- Kevin Seifert, NFL Nation
- 0 Shares
We're Black and Blue All Over:
I think we get it. There wasn't as much of a love affair from Greg Jennings towards the Green Bay Packers -- and quarterback Aaron Rodgers in particular -- as we once assumed. But I bring you the following quotes because Jennings fleshed out his feelings rather than simply take a few veiled shots.
Jennings told Dan Wiederer of the Star Tribune that Rodgers has received and accepted too much credit for the Packers' recent success and said he is eager to prove his worth with a less-established quarterback.
Jennings said: "Maybe I need to go back to my college days where the quarterback wasn't just viewed as oh-so-great and still prove that I can be successful."
He added: "A lot of times when you have a guy who creates that spotlight for himself and establishes that and takes a lot of that, it becomes so-and-so and the team. It should always be the team.
"For me, I'm such a team person, I'm going to defer to my teammates. I'm going to defer to the team, to the team, to the team. And I think when you reach a point where you're not deferring any longer, it's no longer really about the team."
Jennings also continued referring to Rodgers by his jersey number.
"Don't get me wrong, '12' is a great person," he said. "But when you hear all positives, all positives, all positives all the time, it's hard for you to sit down when one of your teammates says 'Man, come on, you've got to hold yourself accountable for this.' It's hard for someone to see that now because all they've heard is I'm doing it the right way, I'm perfect. In actuality, we all have flaws."
Of course, by saying that Rodgers accepted too much credit, Jennings is implying he should have received more. At its base level, is that any different? I guess we could debate it for hours. I'm not sure if Jennings is letting loose with some long-held frustrations, whether he is creating a post-departure justification narrative, or if he is simply playing the role of a new division foe and tweaking Rodgers where he knows it will hurt.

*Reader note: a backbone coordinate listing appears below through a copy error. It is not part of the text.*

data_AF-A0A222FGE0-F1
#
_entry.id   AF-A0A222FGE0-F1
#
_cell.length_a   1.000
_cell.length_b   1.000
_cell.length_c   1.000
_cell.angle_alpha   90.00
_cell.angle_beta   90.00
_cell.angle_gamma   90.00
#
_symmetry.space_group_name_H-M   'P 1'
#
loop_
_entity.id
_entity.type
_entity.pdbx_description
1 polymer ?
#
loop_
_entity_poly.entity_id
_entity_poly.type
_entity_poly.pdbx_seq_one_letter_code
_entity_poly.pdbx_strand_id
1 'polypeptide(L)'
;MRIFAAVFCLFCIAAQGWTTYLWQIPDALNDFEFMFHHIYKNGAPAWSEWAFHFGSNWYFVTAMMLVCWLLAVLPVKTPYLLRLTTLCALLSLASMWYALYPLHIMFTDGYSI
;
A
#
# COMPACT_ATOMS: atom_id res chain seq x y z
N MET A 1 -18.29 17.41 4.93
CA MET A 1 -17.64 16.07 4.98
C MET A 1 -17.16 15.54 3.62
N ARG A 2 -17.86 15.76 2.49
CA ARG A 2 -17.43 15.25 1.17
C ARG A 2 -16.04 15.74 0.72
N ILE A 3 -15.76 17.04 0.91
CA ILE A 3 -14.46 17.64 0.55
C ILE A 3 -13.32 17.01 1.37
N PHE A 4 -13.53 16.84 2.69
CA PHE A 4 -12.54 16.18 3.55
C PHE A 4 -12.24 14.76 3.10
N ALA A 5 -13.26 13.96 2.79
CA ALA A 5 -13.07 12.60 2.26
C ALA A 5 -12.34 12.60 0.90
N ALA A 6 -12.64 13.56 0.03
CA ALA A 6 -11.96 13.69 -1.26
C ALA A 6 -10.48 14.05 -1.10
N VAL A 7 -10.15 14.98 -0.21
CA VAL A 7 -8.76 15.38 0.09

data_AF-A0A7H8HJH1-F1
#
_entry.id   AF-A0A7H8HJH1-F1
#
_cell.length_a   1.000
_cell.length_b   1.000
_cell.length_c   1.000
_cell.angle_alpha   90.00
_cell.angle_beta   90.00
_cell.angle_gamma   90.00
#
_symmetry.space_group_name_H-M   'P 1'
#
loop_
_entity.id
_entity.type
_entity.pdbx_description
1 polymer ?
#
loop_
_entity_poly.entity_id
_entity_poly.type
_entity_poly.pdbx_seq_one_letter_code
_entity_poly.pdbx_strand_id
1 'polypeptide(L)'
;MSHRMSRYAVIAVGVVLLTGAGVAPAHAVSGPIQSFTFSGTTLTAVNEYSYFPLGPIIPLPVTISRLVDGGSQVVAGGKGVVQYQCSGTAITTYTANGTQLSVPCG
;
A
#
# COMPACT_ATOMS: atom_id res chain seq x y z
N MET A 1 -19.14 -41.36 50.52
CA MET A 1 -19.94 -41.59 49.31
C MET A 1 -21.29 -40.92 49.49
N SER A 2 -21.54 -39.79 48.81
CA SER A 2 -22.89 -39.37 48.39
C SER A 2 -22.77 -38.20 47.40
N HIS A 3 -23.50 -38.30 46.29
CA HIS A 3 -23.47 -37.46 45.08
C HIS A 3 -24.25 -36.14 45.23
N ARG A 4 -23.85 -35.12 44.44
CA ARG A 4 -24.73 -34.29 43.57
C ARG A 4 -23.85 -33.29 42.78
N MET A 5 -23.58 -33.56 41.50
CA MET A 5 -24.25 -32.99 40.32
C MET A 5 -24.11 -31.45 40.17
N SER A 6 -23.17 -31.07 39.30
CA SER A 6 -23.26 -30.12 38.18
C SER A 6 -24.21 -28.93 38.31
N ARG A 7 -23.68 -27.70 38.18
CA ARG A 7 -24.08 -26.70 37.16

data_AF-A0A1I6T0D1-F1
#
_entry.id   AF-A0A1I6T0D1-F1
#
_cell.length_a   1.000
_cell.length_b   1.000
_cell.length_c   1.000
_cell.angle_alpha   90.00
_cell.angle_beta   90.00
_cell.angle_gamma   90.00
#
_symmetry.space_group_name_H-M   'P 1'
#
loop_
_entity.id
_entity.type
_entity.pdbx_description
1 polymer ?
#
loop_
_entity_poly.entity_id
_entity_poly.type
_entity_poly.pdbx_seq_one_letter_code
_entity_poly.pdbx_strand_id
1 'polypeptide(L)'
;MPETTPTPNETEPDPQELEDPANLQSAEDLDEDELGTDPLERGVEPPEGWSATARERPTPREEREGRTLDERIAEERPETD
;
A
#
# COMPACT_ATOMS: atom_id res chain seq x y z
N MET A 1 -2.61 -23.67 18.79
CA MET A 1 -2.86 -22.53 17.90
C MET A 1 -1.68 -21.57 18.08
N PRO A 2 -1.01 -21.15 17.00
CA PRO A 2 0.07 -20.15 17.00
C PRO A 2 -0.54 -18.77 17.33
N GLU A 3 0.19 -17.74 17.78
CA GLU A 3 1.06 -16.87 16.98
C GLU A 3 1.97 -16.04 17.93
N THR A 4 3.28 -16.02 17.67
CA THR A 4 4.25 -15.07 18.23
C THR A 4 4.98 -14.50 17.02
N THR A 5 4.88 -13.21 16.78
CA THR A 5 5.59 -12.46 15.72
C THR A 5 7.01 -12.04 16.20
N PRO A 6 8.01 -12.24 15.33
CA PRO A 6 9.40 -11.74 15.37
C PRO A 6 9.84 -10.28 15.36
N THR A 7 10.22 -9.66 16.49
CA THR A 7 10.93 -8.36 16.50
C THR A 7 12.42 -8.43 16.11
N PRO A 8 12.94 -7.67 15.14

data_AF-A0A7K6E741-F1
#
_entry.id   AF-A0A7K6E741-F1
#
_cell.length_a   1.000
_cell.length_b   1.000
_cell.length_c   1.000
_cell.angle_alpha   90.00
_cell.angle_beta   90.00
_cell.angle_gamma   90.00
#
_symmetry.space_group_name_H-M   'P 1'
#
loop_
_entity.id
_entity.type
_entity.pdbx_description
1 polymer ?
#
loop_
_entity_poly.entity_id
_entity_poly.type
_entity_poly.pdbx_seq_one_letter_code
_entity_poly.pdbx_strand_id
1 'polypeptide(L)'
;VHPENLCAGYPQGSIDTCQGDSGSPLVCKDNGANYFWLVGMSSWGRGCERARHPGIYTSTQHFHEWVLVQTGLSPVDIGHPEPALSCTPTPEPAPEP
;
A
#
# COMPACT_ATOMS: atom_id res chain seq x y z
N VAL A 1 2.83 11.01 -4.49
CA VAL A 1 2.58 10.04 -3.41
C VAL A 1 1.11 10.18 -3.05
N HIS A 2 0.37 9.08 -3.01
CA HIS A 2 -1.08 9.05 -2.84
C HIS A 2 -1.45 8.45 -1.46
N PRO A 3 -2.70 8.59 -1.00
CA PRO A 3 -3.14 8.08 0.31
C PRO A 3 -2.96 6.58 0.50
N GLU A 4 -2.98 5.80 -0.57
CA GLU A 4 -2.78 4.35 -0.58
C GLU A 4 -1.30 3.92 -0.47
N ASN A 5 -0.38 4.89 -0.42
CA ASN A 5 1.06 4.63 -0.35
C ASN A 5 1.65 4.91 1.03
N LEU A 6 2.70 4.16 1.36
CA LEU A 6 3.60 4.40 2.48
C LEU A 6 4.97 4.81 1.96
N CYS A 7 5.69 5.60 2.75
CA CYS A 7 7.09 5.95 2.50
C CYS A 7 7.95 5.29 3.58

Regardless, there is no longer any question about his position as training camps open around the division
Continuing around the NFC North:
Ben Goessling of the St. Paul Pioneer Press offers a position-by-position breakdown of the Minnesota Vikings.
Judd Zulgad of 1500ESPN.com thinks there are plenty of questions about the Vikings' defense entering training camp.
Based on the glowing words about him at the Packers' annual shareholders meeting, there is no end in sight to the tenure of coach Mike McCarthy. More from Bob McGinn of the Milwaukee Journal Sentinel.
Packers general manager Ted Thompson said he "thanks God every day" for McCarthy, according to the Green Bay Press-Gazette.
Bryan Bulaga is the second-most important player on the Packers' roster, according to Jason Wilde of ESPNMilwaukee.com.
Although Chicago Bears place-kicker Robbie Gould spoke out about the team's policy that will delay contract talks until after the season, quarterback Jay Cutler said: "That's fine with me." More from David Haugh of the Chicago Tribune.
Bears receiver Brandon Marshall (hip) is ready for a full workload in training camp, according to Michael C. Wright of ESPNChicago.com.
New coach Marc Trestman wants hitting to be kept to a minimum at Bears training camp, according to Adam L. Jahns of the Chicago Sun-Times.
In this DetroitLions.com video, Detroit Lions coach Jim Schwartz said the team will take a "smart" approach with safety Louis Delmas, who has been dealing with troublesome knees for years. That suggests Delmas will be cleared to practice in training camp but will be limited.
Corey Hilliard is happy to be getting a chance to compete for the Lions' starting right tackle position, writes Dave Birkett of the Detroit Free Press.
Justin Rogers of Mlive.com examines the Lions' options in the return game.
The Lions need to be more than a quarterback and receiver on offense, writes Chris McCosky of the Detroit News.